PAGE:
Print Fact SheetHaplothrips hukkineni

Distinguishing features

Both sexes fully winged. Body and legs brown to dark brown, fore tarsi light brown, antennal segments III–IV brown but yellow in basal third, V–VI light brown with base paler; fore wing pale with base shaded; major setae pale. Antennae 8-segmented, segment III with 2 sense cones, IV with 4 sense cones; VIII short and broad at base. Head longer than wide; maxillary stylets about one third of head width apart, retracted to compound eyes, maxillary bridge present; postocular setae pointed, about 0.6 as long as dorsal length of compound eye. Pronotum with 5 pairs of major setae with apices pointed, but anteromarginal setae shorter than anteroangulars and neither pair as long as the epimeral and posteroangular pairs; epimeral sutures complete; prosternal basantra present, mesopresternum complete but slender medially. Fore tarsal tooth small. Fore wing constricted medially, with about 10 duplicated cilia; sub-basal setae short and pointed. Tergite IX setae S1 pointed, more than 0.5 as long as tube.
Male with no pore plate on sternite VIII; fore tarsal tooth present; tergite IX setae S2 short and stout; aedeagus with apex slightly swollen. 

Related species

The genus Haplothrips is one of the three most species-rich genera of Thysanoptera, and currently includes about 245 species worldwide. Most of these species come from the Holarctic or the Old World tropics, with 80 listed from Europe and 14 from Britain. No Haplothrips species is known to be endemic to the Neotropics, although a few are native to southern South America (Mound & Zapater, 2003). Haplothrips species are largely phytophagous, particularly associated with the flowers of Asteraceae and Poaceae, but some are predatory (Mound & Minaei, 2007). Haplothrips hukkineni shares many character states with juncorum, but has the maxillary stylets wider apart medially in the head, and has a shorter tube; furthermore, the aedeagus in males is slightly swollen at the apex rather than lanceolate as in juncorum (Collins, 2012).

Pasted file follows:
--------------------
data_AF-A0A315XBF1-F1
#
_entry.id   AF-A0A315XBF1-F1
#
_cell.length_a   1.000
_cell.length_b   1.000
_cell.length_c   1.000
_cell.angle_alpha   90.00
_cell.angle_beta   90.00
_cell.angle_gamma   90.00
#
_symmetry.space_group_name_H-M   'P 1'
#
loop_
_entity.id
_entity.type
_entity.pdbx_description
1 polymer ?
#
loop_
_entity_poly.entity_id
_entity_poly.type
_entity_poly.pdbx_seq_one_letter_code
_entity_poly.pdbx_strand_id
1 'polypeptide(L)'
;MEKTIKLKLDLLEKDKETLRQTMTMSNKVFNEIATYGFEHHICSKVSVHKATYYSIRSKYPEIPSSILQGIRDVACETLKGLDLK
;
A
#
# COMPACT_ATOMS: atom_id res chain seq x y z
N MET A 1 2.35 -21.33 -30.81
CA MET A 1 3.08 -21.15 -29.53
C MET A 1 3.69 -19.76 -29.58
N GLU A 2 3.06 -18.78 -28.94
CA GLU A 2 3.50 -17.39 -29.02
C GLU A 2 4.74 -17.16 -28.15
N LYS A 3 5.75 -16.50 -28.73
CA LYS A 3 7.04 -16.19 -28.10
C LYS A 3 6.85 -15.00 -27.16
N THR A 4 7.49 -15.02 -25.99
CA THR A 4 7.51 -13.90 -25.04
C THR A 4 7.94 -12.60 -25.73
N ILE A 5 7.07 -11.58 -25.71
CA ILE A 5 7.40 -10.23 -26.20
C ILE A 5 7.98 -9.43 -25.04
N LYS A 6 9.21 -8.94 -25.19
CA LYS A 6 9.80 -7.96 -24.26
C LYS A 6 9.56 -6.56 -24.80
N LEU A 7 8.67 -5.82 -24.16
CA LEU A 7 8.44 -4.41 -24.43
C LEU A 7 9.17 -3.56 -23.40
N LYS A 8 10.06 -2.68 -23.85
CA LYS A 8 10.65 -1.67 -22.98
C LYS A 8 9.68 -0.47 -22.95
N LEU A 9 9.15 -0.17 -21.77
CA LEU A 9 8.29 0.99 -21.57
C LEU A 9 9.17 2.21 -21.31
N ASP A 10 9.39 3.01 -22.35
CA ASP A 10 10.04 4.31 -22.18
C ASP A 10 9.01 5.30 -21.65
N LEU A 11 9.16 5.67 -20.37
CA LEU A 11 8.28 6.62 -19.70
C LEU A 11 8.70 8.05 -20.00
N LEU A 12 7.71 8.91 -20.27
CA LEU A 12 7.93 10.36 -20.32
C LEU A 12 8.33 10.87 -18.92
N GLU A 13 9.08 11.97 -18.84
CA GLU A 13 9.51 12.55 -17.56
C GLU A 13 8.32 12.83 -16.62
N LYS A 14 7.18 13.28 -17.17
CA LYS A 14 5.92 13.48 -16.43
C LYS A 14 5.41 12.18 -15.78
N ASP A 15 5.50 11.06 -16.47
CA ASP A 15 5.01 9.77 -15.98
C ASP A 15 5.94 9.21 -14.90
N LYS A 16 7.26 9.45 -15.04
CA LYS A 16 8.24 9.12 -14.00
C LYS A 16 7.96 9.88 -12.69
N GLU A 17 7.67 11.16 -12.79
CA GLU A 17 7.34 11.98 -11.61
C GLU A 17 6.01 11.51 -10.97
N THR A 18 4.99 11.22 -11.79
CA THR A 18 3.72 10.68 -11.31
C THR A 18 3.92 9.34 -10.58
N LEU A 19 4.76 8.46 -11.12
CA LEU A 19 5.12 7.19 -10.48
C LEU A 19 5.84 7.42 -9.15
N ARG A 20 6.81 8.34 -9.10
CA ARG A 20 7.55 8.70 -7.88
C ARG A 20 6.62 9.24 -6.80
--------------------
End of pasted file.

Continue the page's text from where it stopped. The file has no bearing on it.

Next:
Biological data

Breeding in damp places on the leaves and possibly the inflorescences of its host plants, Bolboschoenus and Cyperus [Cyperaceae], Juncus [Juncaceae], Oryza and Phragmites [Poaceae], also Typha [Typhaceae].

Distribution data

In Britain, collected infrequently and only in the southeast of England, although three times recently on the north Kent coast (Collins, 2012; Badmin, 2016). In Britain, it has only been taken from Bolboschoenus maritimus, and always at the same time as the more common H. juncorum. It is recorded predominantly in central and eastern Europe and the eastern Mediterranean, but also from Norway and Sweden. H. hukkineni has not been recorded from Ireland, but it was erroneously included in the Irish checklist by O’Connor (2008).

Family name


Species name

Haplothrips hukkineni Priesner

Original name and synonyms

Haplothrips hukkineni Priesner, 1939: 276
Haplothrips phragmitis Priesner, 1950: 35


Badmin J (2016) Field Meeting Report. Great Bells RSPB reserve, Isle of Sheppey, Kent, 9 August 2015. British Journal of Entomology and Natural History 29: 119–122.

Collins DW (2012) A second British record of Haplothrips hukkineni Priesner (Thysanoptera: Phlaeothripidae). British Journal of Entomology and Natural History 25: 107–108.

Mound LA & Minaei K (2007) Australian insects of the Haplothrips lineage (Thysanoptera – Phlaeothripinae). Journal of Natural History 41: 2919–2978.

Mound LA & Zapater MC (2003) South American Haplothrips species (Thysanoptera, Phlaeothripidae), with a new species of biological control interest to Australia against weedy Heliotropium amplexicaule (Boraginaceae). Neotropical Entomology 32: 437–442.

O’Connor JP (2008) A review of the Irish thrips (Thysanoptera). Irish Naturalists’ Journal 29: 20–24.